First Union National Bank v Williams
2007 NY Slip Op 08342 [45 AD3d 1029]
November 8, 2007
Appellate Division, Third Department
Published by New York State Law Reporting Bureau pursuant to Judiciary Law § 431.
As corrected through Wednesday, January 16, 2008

First Union National Bank, as Trustee, Respondent, v Richard E. Williams et al., Defendants. Property Partners, LLC, Appellants.

[*1] Farer & Schwartz, P.C., Latham (Steven D. Farer of counsel), for appellants.

O'Melveny & Myers, L.L.P., New York City (Yosef Rothstein of counsel), for respondent.

Mugglin, J. Appeal from an order of the Supreme Court (Ceresia, Jr., J.), entered July 10, 2006 in Rensselaer County, which, among other things, upon renewal, vacated the foreclosure sale held on the residence of defendants Richard E. Williams and Nancy J. Williams.

A foreclosure sale of the home of defendants Richard E. Williams and Nancy J. Williams (hereinafter collectively referred to as defendants) was scheduled to take place on September 12, 2005. Defendants negotiated a repayment agreement with plaintiff, and plaintiff unsuccessfully attempted to contact the referee to cancel the sale. Unaware of these events, the referee sold the property to Property Partners, LLC (hereinafter Partners) for $81,000. When plaintiff learned that the foreclosure sale had occurred, it first sought Partners' consent to vacate it. When Partners refused, plaintiff moved in Supreme Court to vacate it, claiming that the sale was made as a result of a mistake which cast doubt on the fairness of the transaction. Following Supreme Court's denial of the motion, plaintiff sought renewal and reargument of the vacatur motion, claiming that Partners had failed to tender the balance of the purchase price within 30 days of the sale and that equitable grounds existed warranting vacatur of the sale. Supreme Court granted renewal and vacated the sale on the ground that Partners defaulted in performance and on equitable grounds. Partners now appeals. [*2]

As an initial matter, we reject Partners' contention that Supreme Court erred in granting plaintiff's motion to renew. The motion was supported by the affidavit of Nancy Williams, who alleged the terms and conditions of the repayment agreement with plaintiff and defendants' reliance upon plaintiff's representation that the foreclosure sale would therefore be cancelled. Subsequently, Supreme Court authorized plaintiff to supplement its motion to renew by offering evidence concerning the valuation of the property and that Partners had defaulted by failing to tender the balance of the purchase price. We find no merit to Partners' complaints since the original motion to renew was made before expiration of the period in which Partners was to perform the contract of sale and the evidence of market value came principally from Partners' own papers. It is well settled that " '[a] motion to renew must be based upon newly discovered evidence which existed at the time the prior motion was made, but was unknown to the party seeking renewal, along with a justifiable excuse as to why the new information was not previously submitted' " (Tibbits v Verizon N.Y., Inc., 40 AD3d 1300, 1302-1303 [2007], quoting Wahl v Grippen, 305 AD2d 707, 707 [2003]; see CPLR 2221 [e]; Cippitelli v County of Schenectady, 307 AD2d 658, 658 [2003]). Plaintiff's explanation that an affidavit of defendants was not previously submitted since they believed defendants would join in the motion to vacate the sale was reasonable and provided an ample basis upon which Supreme Court could exercise its discretion. Moreover, we generally decline to disturb the decision to grant or deny a motion to renew absent an abuse of the trial court's discretion (see De Cicco v Longendyke, 37 AD3d 934, 935 [2007]; Matter of Hunter v New York State Bd. of Elections, 32 AD3d 662, 663 [2006]; Heim v Tri-Lakes Ford Mercury, Inc., 25 AD3d 901, 904 [2006], lv denied and dismissed 6 NY3d 886 [2006]; Rizzo v St. Lawrence Univ., 24 AD3d 983, 984 [2005]). Here, we find no abuse of discretion with respect to allowing evidence concerning Partners' default or evidence of the value of the property.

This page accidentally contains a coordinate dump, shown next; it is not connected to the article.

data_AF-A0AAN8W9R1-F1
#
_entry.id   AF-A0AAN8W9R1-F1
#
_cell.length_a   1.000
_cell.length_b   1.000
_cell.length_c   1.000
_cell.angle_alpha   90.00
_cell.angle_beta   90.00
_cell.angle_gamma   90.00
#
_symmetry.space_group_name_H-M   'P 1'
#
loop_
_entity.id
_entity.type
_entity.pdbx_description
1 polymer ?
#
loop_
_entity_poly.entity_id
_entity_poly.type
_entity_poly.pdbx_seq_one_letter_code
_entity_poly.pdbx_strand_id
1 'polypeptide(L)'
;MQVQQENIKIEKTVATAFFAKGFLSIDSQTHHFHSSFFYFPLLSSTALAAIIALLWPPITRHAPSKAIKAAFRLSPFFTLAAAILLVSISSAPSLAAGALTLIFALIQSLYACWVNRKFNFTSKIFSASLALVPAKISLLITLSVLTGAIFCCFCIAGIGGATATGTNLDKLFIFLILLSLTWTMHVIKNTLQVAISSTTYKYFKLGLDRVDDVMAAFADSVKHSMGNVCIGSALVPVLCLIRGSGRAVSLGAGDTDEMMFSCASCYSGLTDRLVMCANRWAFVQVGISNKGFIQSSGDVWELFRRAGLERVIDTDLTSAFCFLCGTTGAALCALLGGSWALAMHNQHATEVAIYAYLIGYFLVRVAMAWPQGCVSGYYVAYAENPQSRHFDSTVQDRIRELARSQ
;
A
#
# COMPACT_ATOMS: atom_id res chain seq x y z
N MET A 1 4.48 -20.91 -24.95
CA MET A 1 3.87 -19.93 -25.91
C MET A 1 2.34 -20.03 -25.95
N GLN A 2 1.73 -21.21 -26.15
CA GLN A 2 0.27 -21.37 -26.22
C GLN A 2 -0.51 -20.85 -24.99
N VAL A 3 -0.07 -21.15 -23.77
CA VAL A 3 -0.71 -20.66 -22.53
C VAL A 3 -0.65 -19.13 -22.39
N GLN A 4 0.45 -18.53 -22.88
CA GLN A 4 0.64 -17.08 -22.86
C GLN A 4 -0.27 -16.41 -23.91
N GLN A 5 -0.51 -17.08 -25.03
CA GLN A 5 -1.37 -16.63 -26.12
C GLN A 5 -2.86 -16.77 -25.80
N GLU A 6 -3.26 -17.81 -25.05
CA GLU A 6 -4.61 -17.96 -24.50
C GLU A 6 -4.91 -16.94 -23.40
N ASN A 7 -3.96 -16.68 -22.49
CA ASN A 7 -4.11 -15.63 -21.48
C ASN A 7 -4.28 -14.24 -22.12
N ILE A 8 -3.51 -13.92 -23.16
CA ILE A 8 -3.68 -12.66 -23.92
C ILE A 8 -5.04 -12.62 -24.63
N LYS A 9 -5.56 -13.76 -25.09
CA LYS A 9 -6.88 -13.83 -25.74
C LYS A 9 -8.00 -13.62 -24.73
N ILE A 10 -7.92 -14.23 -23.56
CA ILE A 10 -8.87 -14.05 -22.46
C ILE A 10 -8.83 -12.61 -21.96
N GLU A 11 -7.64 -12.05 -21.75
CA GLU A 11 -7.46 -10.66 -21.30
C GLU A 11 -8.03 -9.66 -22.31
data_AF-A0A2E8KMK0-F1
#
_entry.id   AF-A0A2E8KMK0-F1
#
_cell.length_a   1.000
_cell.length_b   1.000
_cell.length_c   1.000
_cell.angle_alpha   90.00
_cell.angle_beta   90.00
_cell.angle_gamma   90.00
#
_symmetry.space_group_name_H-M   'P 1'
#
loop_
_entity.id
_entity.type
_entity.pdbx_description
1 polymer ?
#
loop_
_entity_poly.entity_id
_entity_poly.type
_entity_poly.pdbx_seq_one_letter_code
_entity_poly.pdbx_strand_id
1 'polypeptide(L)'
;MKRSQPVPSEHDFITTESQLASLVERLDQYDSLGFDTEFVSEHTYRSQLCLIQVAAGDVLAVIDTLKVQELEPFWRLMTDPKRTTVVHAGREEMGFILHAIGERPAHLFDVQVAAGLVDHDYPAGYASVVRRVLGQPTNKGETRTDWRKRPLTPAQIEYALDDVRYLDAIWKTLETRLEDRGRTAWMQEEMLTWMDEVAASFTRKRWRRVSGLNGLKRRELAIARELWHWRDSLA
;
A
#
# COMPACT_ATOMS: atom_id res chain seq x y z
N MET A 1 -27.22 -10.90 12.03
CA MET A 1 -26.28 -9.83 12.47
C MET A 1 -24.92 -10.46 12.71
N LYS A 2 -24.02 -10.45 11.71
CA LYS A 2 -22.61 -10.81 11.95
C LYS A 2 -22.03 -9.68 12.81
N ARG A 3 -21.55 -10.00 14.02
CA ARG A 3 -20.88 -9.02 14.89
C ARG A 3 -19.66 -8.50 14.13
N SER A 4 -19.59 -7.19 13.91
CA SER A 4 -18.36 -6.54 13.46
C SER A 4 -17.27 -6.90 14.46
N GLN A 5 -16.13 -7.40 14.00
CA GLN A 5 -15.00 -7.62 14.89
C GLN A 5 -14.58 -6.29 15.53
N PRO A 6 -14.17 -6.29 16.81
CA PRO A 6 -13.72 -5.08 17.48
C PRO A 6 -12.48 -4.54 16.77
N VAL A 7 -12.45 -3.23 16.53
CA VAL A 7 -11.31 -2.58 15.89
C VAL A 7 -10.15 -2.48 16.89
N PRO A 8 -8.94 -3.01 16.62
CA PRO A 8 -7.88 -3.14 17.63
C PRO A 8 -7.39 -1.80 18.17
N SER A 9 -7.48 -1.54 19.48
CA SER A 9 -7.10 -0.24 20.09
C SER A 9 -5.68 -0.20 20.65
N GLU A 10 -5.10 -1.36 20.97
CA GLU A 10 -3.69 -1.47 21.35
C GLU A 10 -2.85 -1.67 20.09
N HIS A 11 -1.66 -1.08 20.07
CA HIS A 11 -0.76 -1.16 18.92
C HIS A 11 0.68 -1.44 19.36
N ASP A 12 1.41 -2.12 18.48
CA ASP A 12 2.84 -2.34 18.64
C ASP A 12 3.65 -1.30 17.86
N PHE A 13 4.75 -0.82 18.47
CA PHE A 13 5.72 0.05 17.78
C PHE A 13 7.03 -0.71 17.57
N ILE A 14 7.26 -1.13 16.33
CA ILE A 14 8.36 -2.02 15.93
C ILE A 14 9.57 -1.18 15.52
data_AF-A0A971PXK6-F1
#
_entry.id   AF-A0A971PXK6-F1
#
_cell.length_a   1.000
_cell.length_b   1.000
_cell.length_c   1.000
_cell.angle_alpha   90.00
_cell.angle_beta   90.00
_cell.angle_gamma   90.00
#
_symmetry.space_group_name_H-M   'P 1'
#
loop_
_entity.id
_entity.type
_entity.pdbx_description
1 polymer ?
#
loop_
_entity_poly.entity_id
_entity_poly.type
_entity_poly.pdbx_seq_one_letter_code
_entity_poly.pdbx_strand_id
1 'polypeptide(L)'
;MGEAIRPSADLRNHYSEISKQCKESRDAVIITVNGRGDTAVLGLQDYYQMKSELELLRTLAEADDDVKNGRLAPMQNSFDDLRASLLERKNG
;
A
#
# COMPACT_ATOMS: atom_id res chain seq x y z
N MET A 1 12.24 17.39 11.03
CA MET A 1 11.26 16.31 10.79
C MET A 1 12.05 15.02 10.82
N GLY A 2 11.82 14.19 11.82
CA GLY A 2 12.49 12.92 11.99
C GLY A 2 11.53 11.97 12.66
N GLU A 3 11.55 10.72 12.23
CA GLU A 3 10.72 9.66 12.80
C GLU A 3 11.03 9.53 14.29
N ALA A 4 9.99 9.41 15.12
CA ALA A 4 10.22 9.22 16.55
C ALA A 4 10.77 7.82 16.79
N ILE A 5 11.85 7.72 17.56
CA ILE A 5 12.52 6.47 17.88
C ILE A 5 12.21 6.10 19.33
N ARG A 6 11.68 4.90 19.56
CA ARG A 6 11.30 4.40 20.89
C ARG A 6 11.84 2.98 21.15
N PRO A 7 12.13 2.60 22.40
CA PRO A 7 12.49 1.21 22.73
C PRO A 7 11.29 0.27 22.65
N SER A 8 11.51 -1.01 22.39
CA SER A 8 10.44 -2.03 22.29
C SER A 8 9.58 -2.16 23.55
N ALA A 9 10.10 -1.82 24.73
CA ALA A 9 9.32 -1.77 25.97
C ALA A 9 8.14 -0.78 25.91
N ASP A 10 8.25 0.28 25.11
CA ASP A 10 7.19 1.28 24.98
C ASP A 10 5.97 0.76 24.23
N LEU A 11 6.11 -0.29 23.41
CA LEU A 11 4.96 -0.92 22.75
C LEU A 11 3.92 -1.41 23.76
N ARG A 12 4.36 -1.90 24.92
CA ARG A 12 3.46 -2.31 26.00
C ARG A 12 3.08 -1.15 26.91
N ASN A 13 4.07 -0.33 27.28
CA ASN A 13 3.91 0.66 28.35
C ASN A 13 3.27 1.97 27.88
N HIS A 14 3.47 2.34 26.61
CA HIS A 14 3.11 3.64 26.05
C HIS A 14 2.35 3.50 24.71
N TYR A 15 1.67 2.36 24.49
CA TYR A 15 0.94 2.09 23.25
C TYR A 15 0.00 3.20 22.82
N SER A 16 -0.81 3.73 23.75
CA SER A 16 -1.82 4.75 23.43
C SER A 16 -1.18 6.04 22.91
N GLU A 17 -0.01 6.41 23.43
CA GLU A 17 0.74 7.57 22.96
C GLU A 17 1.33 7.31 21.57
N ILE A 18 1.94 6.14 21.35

Turning to the substantive argument, we agree with Supreme Court that the existence of equitable grounds and Partners' default provide ample basis for vacating the sale to Partners. It is undisputed that Partners failed to tender performance to complete the purchase of the property in accordance with the terms of the foreclosure sale. Partners' present claim, that the referee refused to convey the property as a result of the pending vacatur motion, does not operate to relieve Partners of its duty to tender performance or to demand that a closing be scheduled (see Lower v Village of Watkins Glen, 17 AD3d 829, 831 [2005]). Additionally, evidence of defendants' reliance upon plaintiff's cancellation of the foreclosure sale and evidence that the actual value of defendants' property was in excess of $200,000, which would result in a significant loss to defendants and a windfall to Partners, provides a sufficient equitable basis to support Supreme Court's exercise of discretion to vacate the sale (see Harbor Fin. Mtge. Corp. v Hurry, 277 AD2d 693, 694 [2000]). Thus, we find no basis upon which to disturb Supreme Court's determination (see Albany, FSB v Dashnaw, 37 AD3d 932, 934 [2007]).

Crew III, J.P., Rose, Lahtinen and Kane, JJ., concur. Ordered that the order is affirmed, with costs.